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Riding Mower Buying Guide

Compare the different types of riding lawn mowers so you can choose the best one to maintain your lawn. A riding mower is good for a yard a 1/2 acre or larger.

Riding Mower with Bagger.

Match Your Riding Mower to Your Landscape

Mower Size Comparison Chart.

The size of your lawn is a factor in choosing a riding mower. More powerful mowers with larger cut widths handle large areas more efficiently and allow you to spend less time mowing. You should also consider the type of terrain – whether it's level or hilly – and the obstacles — such as trees and flower beds — you need to work around. If your lawn is 1/2 acre or smaller, consider a push mower. See Lowe's Push Mower Buying Guide to see what's available.

In addition to different size mowers, you can choose between different types and find a machine that works best for your landscape and the type of work you need to do.

Lawn Tractors

Lawn Tractor.

Lawn tractors have a traditional design and operate with a steering wheel. They work well for lawns from 1/2 acre to 2 acres or more. With optional attachments, you can bag clippings and leaves, haul landscaping materials, spread seed and — with some models — aerate, dethatch and remove snow.

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Good to Know

You may see mowers designated as garden tractors. They have the same design as lawn tractors but can use more attachments and have more powerful engines and heavy-duty transmissions. They're good for mowing several acres.

Zero-Turn-Radius (ZTR) Mowers

ZTR Mower.

ZTR mowers can navigate a variety of obstacles; these mowers feature front caster wheels that pivot at sharper angles than lawn or garden tractors. You control a typical ZTR with a pair of lap bars or levers rather than a steering wheel, although some models do feature a traditional steering wheel. While a ZTR mower doesn't handle the variety of tasks a tractor does, it has a higher forward speed for open areas and can cut closely around flower beds, trees and landscaping.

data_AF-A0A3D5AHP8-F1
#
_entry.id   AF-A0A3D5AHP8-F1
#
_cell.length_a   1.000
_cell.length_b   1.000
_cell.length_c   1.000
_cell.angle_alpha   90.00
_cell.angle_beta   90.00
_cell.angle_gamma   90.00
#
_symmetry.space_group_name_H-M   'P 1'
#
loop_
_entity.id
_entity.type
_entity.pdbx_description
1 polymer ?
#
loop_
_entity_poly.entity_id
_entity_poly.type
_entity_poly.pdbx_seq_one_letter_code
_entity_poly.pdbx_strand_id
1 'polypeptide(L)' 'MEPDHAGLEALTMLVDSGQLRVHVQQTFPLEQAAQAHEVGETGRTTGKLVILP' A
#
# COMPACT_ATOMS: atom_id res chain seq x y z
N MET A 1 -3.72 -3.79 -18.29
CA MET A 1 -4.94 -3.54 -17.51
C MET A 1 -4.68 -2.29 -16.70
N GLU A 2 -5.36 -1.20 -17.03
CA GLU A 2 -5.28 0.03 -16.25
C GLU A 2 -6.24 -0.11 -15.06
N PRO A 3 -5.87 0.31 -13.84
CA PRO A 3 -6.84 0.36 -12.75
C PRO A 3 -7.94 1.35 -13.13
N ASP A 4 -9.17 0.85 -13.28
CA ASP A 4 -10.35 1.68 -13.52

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Riding Mower Transmissions

Woman Operating a Riding Mower.

You'll notice different transmission types in riding mowers, each with different capabilities:

  • A manual transmission offers a range of set speeds you can select. Look for mowers that let you shift up or down without stopping or using a clutch.
  • An automatic transmission performs much like the transmission in a car — you control speed with the gas pedal. Easily changing the speed can be useful if you need to slow down often to work around obstacles.
  • A hydrostatic transmission works like an automatic transmission, but uses fluid rather than belts to transfer power from the engine to the wheels. This transmission offers a smoother ride, requires less maintenance and lasts longer.

Riding Mower Features and Options

Man Operating a Riding Mower.

There is a wide range of features and options available for riding mowers. Understanding what's available can help you find the best mower for your needs:

  • Engine horsepower (HP) measures the power output of the engine that's available to share among mower components such as the transmission and blades.
  • Engine displacement describes the size of the cylinder in the engine. Manufacturers measure displacement in cubic centimeters (ccs). A higher cc measurement means a more powerful engine.
  • Engine torque measures — in foot-pounds (ft-lbs) — the force that keeps the mower blades spinning. Higher torque offers a more even cut in tall or thick grass.
  • A V-twin engine on a larger tractor or ZTR mower provides more power than a single-cylinder engine, as well as reduced vibration. Less vibration means less wear, quieter operation and better comfort. A V-twin engine also runs cooler and burns fuel cleaner, extending engine life.
  • Cruise control is available with some automatic and hydrostatic transmissions, allowing you to engage one speed to mow long, straight stretches.
  • Cut width describes how wide a swath of grass the mower cuts in a single pass and is directly related to the blade number. Some small tractors have only one blade, but two or three blades are typical for tractors and ZTR mowers.